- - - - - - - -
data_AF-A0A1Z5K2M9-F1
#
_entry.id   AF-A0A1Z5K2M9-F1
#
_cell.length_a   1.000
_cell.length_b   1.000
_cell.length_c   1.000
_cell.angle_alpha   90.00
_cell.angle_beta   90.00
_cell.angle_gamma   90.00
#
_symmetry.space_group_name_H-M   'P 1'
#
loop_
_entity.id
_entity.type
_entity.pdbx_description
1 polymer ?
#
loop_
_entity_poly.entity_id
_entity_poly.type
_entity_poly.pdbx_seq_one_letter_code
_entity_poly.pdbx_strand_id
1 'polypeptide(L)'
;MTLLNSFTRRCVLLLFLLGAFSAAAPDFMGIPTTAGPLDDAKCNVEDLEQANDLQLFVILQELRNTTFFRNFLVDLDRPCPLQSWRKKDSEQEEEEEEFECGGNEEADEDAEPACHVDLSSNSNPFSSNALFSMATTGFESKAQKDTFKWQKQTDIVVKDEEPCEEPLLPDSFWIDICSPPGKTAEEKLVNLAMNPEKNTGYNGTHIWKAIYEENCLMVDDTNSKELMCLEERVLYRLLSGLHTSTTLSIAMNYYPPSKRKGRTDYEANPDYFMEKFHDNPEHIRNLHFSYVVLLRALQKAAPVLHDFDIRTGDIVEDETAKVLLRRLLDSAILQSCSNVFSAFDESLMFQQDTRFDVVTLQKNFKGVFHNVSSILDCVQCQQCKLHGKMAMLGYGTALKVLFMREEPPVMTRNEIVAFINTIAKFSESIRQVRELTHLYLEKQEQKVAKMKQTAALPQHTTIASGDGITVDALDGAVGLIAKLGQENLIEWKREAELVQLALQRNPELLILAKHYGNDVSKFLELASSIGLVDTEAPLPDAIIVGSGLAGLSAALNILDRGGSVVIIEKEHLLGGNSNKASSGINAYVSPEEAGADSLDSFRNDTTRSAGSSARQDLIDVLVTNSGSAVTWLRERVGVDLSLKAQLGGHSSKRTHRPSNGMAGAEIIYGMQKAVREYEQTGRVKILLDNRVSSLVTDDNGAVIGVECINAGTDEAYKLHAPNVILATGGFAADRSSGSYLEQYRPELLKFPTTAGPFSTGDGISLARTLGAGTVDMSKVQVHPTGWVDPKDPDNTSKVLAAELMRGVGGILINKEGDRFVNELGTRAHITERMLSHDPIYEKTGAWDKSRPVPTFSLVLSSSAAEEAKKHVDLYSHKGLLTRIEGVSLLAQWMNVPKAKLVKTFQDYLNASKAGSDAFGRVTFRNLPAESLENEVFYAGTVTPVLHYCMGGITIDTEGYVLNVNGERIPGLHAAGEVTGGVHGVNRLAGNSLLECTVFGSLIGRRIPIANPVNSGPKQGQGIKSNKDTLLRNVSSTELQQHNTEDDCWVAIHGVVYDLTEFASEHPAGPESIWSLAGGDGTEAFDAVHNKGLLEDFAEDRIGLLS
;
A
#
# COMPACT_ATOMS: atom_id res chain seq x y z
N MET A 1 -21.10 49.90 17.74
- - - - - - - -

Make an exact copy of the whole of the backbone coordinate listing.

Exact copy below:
data_AF-A0A1Z5K2M9-F1
#
_entry.id   AF-A0A1Z5K2M9-F1
#
_cell.length_a   1.000
_cell.length_b   1.000
_cell.length_c   1.000
_cell.angle_alpha   90.00
_cell.angle_beta   90.00
_cell.angle_gamma   90.00
#
_symmetry.space_group_name_H-M   'P 1'
#
loop_
_entity.id
_entity.type
_entity.pdbx_description
1 polymer ?
#
loop_
_entity_poly.entity_id
_entity_poly.type
_entity_poly.pdbx_seq_one_letter_code
_entity_poly.pdbx_strand_id
1 'polypeptide(L)'
;MTLLNSFTRRCVLLLFLLGAFSAAAPDFMGIPTTAGPLDDAKCNVEDLEQANDLQLFVILQELRNTTFFRNFLVDLDRPCPLQSWRKKDSEQEEEEEEFECGGNEEADEDAEPACHVDLSSNSNPFSSNALFSMATTGFESKAQKDTFKWQKQTDIVVKDEEPCEEPLLPDSFWIDICSPPGKTAEEKLVNLAMNPEKNTGYNGTHIWKAIYEENCLMVDDTNSKELMCLEERVLYRLLSGLHTSTTLSIAMNYYPPSKRKGRTDYEANPDYFMEKFHDNPEHIRNLHFSYVVLLRALQKAAPVLHDFDIRTGDIVEDETAKVLLRRLLDSAILQSCSNVFSAFDESLMFQQDTRFDVVTLQKNFKGVFHNVSSILDCVQCQQCKLHGKMAMLGYGTALKVLFMREEPPVMTRNEIVAFINTIAKFSESIRQVRELTHLYLEKQEQKVAKMKQTAALPQHTTIASGDGITVDALDGAVGLIAKLGQENLIEWKREAELVQLALQRNPELLILAKHYGNDVSKFLELASSIGLVDTEAPLPDAIIVGSGLAGLSAALNILDRGGSVVIIEKEHLLGGNSNKASSGINAYVSPEEAGADSLDSFRNDTTRSAGSSARQDLIDVLVTNSGSAVTWLRERVGVDLSLKAQLGGHSSKRTHRPSNGMAGAEIIYGMQKAVREYEQTGRVKILLDNRVSSLVTDDNGAVIGVECINAGTDEAYKLHAPNVILATGGFAADRSSGSYLEQYRPELLKFPTTAGPFSTGDGISLARTLGAGTVDMSKVQVHPTGWVDPKDPDNTSKVLAAELMRGVGGILINKEGDRFVNELGTRAHITERMLSHDPIYEKTGAWDKSRPVPTFSLVLSSSAAEEAKKHVDLYSHKGLLTRIEGVSLLAQWMNVPKAKLVKTFQDYLNASKAGSDAFGRVTFRNLPAESLENEVFYAGTVTPVLHYCMGGITIDTEGYVLNVNGERIPGLHAAGEVTGGVHGVNRLAGNSLLECTVFGSLIGRRIPIANPVNSGPKQGQGIKSNKDTLLRNVSSTELQQHNTEDDCWVAIHGVVYDLTEFASEHPAGPESIWSLAGGDGTEAFDAVHNKGLLEDFAEDRIGLLS
;
A
#
# COMPACT_ATOMS: atom_id res chain seq x y z
N MET A 1 -21.10 49.90 17.74